How to Identify Customer Pain Points and Eliminate Them | Magic Assistant Blog

How to Identify Customer Pain Points and Eliminate Them

Li Ramos
Li Ramos
June 14, 2022
Customer complaining to customer service on the phone

Of all the prospects who convert into leads, only around 10-15% go on to actually make a purchase. There are several issues on the customer journey⁠—from cost to convenience to points of contact⁠—that can cause someone to decide against buying.

Customer pain points can be specific problems with a product or service, or unmet needs waiting to be fulfilled. If you know how to identify customer pain points and address them effectively, you won’t just turn more of your leads into customers⁠—you could start capturing your competition’s would-be buyers too.

Table of Contents

Types of Customer Pain Points

Before you learn how to identify customer pain points, you need to understand how they are classified. This way, it’ll be easier to know where to start looking and even form a skeleton of how to deal with them. There are four main categories of customer pain points.

Process Pain Points

Process pain points are issues in the internal processes through which a business interacts with prospects. These refer to cases in which it takes too long to get a response, causing people to lose interest.

Customer pain points examples:

  • Complications in submitting an application
  • Ineffective communication between teams
  • Difficulty in connecting to the right department

Financial Pain Points

Financial pain points come from the customers’ desire to reduce the money they’re spending on a product/service. It can also be the financial strain from using a product over time.

Customer pain points examples:

  • Expensive subscription plan or membership fee
  • Overpaying for equipment, software, or tools

Support Pain Points

Support pain points arise from a business’ failure to help consumers with their product-related queries throughout the customer journey. Simply put, they concern the customer support services of your business.

Customer pain points examples:

  • Delayed response to a customer support ticket
  • Lack of product knowledge of sales rep
  • Customer’s preferred support channel is not available

Productivity Pain Points

Productivity pain points are caused by the customers’ unfulfilled need for a more efficient or streamlined experience in using their current product/service. As much as possible, they want to maximize the efficiency of their purchase or have a more productive experience in buying it.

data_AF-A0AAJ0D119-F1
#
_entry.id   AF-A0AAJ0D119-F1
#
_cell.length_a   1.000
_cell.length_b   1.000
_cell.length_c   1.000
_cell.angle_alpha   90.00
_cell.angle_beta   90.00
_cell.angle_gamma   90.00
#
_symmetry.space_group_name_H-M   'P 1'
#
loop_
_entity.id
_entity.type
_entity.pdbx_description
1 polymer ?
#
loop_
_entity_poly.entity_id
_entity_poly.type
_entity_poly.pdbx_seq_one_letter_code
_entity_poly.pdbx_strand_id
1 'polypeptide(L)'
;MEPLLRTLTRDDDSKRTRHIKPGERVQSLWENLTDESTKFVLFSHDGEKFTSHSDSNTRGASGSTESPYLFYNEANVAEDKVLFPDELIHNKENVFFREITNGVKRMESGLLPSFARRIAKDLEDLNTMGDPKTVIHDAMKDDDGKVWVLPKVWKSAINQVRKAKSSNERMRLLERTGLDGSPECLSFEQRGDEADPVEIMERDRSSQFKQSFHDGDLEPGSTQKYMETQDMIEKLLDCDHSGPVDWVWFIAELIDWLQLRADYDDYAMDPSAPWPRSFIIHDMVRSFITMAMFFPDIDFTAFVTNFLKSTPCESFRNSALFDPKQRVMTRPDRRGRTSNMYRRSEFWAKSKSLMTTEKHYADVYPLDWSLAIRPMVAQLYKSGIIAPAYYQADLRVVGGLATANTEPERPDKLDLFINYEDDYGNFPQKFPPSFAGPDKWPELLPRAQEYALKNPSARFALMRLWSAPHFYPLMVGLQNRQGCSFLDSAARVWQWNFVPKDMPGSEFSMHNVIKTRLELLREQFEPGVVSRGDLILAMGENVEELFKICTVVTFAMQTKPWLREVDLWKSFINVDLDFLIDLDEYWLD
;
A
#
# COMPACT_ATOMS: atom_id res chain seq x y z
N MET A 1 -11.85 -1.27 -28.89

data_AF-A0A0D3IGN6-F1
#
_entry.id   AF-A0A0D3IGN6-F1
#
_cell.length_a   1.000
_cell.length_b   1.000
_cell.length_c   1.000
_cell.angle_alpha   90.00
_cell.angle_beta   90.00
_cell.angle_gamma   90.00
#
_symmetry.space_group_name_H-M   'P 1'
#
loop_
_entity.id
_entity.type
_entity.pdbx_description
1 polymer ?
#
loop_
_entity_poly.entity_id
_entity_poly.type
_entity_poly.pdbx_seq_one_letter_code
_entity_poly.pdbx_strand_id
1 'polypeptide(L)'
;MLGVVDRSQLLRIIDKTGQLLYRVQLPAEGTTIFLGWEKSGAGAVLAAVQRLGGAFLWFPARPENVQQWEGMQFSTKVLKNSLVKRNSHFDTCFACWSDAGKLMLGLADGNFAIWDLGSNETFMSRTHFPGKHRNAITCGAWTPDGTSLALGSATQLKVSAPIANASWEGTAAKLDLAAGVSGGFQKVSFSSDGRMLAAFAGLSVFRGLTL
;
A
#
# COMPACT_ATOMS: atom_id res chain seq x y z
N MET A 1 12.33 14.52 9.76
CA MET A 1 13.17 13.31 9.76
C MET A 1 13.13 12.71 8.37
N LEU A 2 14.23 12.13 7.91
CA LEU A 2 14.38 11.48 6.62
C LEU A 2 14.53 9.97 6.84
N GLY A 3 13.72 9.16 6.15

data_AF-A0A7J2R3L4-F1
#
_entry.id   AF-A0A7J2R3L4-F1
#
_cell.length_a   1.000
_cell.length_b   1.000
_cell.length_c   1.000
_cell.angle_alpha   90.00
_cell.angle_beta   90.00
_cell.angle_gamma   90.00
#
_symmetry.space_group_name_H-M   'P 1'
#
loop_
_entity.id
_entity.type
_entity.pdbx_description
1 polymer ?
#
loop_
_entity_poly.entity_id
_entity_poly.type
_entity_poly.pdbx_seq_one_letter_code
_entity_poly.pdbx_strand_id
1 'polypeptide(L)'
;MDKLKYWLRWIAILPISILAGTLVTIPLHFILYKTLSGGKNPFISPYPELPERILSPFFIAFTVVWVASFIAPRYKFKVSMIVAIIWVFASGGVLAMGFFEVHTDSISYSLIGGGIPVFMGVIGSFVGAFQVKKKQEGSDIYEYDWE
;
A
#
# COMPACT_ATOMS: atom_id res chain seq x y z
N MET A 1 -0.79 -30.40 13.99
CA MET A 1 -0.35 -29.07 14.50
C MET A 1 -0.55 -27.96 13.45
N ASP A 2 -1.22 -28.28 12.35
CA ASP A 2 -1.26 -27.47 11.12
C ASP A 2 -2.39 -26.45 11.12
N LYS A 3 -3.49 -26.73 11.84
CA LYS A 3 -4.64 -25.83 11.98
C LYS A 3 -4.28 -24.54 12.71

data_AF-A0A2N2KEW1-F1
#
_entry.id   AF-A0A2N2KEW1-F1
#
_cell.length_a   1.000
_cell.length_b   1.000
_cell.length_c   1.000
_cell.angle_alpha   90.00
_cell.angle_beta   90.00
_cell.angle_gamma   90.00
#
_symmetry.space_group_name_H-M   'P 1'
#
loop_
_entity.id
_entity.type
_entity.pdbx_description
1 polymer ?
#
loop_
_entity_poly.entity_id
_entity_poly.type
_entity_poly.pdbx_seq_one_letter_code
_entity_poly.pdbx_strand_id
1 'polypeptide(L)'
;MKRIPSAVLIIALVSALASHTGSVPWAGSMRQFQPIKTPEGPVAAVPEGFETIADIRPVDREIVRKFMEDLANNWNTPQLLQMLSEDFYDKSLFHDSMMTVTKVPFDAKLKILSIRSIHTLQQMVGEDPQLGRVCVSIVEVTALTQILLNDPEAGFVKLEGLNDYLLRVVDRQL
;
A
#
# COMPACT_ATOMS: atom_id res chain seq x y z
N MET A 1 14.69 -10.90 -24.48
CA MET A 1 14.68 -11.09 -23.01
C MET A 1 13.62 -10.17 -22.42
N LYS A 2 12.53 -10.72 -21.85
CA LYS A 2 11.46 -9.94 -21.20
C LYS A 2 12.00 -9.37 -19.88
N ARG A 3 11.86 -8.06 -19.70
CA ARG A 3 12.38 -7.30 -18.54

Customer pain points examples:

  • Redundancies or friction in buying processes
  • Ineffective operation of product/service acquired

Identifying Customer Pain Points

Business owner looking problematic

Looking into your customer experience can help you identify customer pain points. While many prospects are likely to experience the same or similar customer pain points, you need to look into the root of the problem to solve it properly.

Here’s how to identify customer pain points:

Conduct research and surveys

A reliable way to pinpoint target audience pain points is by conducting studies to get customer feedback in detail. You can use different methods such as:

  • Qualitative market research – generates in-depth, individualized responses from customers by asking open-ended questions about their experiences. This method is preferred in identifying business problems since customer pain points are highly subjective.
  • Quantitative market research – generates numerical data from customers by asking standardized questions, usually answered by yes or no or a 1-10 scoring system. While it’s an easier way to get information from your customers, especially for topics with gray areas, it can be too restrictive to find detailed customer pain points.
  • Online surveys – generate specific information from current and potential customers by asking targeted questions through online platforms. You can use platforms such as  Google Forms, SurveyMonkey, or WPForms’ survey add-on. They are cost-effective and easy to use in proportion to their strong response rates.

Keep in mind that asking the right questions will give you answers and insights from your customers. It’s also important that you keep them simple enough to encourage people to submit their responses, especially those who hate filling up forms.

Practice social listening

Ultimately, whether you can close a deal or not is up to your customers. This means you should always be open to what they have to say. You have to understand where they’re coming from to relate your business to them better.

Social listening is the process of monitoring and analyzing customer feedback, any direct mentions of your brand, or discussions about relevant topics on social media to find areas of improvement. It’s a useful tactic to enhance your customer experience while also reinforcing it through the use of brand identity and personality.

Since you get access to your target audience’s sentiments, experiences, and expectations, you can find customer pain points easily. Listening to your customers is not just a vital factor in how to identify customer pain points but also shows people that you do care about them.